We discussed the significance of the episode titles of the first season of The Red Road in our review of the second episode “The Wolf and the Dog“, one of a handful of Native American legends employed as allusion and metaphor for the events of the series. “The Bad Weapons” is no different, but the episode goes one further in attempting to apply the belief systems of the given tribe (in this case the Blackfoot Nation) to the moral quandaries of Philip Kopus, Harold Jensen, and the other residents of Walpole, NJ.
There’s a Red Road subplot revolving around the years-ago death of Jean’s twin brother that rears its head again in “Bad Weapons”. It’s certainly an important history for the show (or at least the opening season), mainly because of the subtle intimation that Kopus might have been involved in that untimely demise. But as Jean and Harold’s daughter Rachel discovers tape recordings of the twin’s stream of consciousness, that particular storyline slips away from importance and approaches convenience instead.
The reason for that is because the musings of Jean’s twin (Scotty? Is his name Scotty? Let’s call him Scotty) are far too unsubtle, clumsily direct and very obviously meant to be paralleled in the current events of the series. To boot, Scotty’s spontaneous and deep reflections sound rehearsed and recited, eventually seeming not-so-spontaneous (and not-so-deep). Most disappointingly, their discovery by Rachel means that there’s very little room for subtext with a lot of what he’s saying. His yarn about children being born “the way they’re supposed to be” before parents mold them into something else isn’t all bad, but in Rachel’s hands it’s brutally on-the-nose. She’s a minute or two away from holding a boombox over her head with Scotty’s Showtunes blasting across the neighborhood.
Thankfully, we can dig for subtext in the Blackfoot legends (one of which is a Man vs. Bear tale called “The Legend of the Bad Weapons”). Among the proud traditions of the Blackfoot Indians is the belief that nobody is born evil, which might seem simple and straightforward upon first read. Consider, though, that many shun this tabula rasa-esque outlook in favor of a more “man is doomed” ideology, which, admittedly, can still have an optimistic twist if you look at the grand-scheme opportunities for redemption through living. Consider also that The Red Road tends to focus on this idea of nurtured evil quite a bit, especially with regards to the parent-child relationships within the Kopus family. I like that something as simple as an episode title can lead one into all of this legend stuff, and that’s probably why I hate the fact that Scotty makes all of this so explicit in his tapes. It’s unnecessary.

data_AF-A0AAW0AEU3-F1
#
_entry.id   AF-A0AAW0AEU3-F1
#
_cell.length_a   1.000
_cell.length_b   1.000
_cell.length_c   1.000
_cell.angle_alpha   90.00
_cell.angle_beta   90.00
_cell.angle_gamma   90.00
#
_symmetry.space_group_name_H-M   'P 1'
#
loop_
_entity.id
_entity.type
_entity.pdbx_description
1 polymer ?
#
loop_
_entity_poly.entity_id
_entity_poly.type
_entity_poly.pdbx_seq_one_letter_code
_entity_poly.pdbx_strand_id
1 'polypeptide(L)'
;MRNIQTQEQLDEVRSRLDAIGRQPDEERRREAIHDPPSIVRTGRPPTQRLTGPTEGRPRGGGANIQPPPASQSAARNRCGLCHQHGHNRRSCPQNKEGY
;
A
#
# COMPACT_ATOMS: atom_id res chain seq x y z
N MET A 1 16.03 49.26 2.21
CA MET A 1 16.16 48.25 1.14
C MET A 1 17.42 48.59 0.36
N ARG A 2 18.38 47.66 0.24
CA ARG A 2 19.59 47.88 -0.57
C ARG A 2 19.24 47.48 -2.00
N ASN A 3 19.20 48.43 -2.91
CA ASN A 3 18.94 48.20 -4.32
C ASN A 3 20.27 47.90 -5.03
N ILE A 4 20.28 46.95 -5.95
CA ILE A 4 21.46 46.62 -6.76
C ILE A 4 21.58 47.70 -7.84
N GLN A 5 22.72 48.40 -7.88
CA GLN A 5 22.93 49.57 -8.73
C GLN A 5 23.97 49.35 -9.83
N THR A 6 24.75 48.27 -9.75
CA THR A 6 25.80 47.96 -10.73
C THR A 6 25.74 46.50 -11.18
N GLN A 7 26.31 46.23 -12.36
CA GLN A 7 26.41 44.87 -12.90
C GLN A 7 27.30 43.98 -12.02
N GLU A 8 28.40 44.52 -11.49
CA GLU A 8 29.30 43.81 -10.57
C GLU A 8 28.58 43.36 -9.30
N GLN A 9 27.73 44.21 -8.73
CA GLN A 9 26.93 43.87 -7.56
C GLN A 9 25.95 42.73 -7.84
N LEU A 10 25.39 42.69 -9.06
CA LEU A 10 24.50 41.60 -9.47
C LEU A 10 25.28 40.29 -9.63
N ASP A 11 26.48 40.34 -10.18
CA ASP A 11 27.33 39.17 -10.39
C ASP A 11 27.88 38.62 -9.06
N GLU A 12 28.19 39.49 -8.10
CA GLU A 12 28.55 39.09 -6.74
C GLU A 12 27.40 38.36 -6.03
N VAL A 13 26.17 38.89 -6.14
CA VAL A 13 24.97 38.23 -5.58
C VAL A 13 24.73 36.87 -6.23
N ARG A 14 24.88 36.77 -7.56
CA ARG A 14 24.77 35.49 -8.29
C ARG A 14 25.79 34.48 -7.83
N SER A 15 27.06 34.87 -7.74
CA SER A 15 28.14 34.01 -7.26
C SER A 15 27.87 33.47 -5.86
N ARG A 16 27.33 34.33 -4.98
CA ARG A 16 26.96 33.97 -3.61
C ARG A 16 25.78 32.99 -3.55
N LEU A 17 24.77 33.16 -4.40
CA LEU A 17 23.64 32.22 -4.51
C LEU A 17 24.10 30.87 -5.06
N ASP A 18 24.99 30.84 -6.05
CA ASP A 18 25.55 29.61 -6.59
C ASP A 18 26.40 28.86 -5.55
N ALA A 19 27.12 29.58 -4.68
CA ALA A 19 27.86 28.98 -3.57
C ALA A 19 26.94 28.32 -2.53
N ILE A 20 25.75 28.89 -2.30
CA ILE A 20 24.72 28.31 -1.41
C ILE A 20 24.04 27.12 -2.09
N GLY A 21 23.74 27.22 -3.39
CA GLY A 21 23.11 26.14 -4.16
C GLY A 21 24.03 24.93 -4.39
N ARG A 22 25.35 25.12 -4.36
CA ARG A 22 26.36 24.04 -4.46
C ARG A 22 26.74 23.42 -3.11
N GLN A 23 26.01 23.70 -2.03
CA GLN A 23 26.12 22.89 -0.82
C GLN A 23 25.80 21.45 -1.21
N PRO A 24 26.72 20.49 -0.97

This leads me to Junior (Kiowa Gordon), Philip’s younger brother, a character we’ve hardly discussed at all. He’s usually seen in relation to other people — his on-and-off girlfriend Rachel, his mother, and Philip himself. He’s a prime example of this idea that a young man, if left to his own ways, will be a good man. Philip complicates this by just being there, subtly steering Junior towards a darker path in a way that only Philip can. Some of the best parts of “The Bad Weapons” concern Junior’s involvement with Kopus and Mike Parker, but he’s still not a very complete character. I want Junior to become an actual stand-on-his-own-two-feet character, not just a relation of Kopus or a relation of Harold’s daughter.
Still, on the Kopus front, we’re able to say what we usually say: shit goes down. Kopus explicitly threatens Harold and in doing so kind of exposes his hand, but it doesn’t bode poorly for him (yet). It seems like Harold covers for Kopus an awful lot in “The Bad Weapons”, but then again Kopus is the kind of guy who can wring a surprising amount of leverage out of a few small strings of knowledge. The NYPD shows up (one of them is Mars from season one of Lost!) and puts extra pressure on Harold in their investigation of Mike, as if Harold needed extra pressure.
That investigation isn’t going to go very far, though, because Kopus ends up killing Mike by the close of the hour. They sit for a meal together prior to this violent occurrence, and the foreboding nature of the lobster dinner is beautiful (we talked about these dark thematic overtones of The Red Road in our pilot review of “Arise My Love, Shake Off This Dream“, and the comparison to the feel of True Detective crops up again here). You might have no idea what Kopus is about to do as the pair discuss how great it would be to eat lobster every night, but there’s no doubt that something is about to happen. That feeling is fantastically unsettling, and it’s a large part of what makes The Red Road worth watching despite all of the nitpicky pitfalls we’ve mentioned here.
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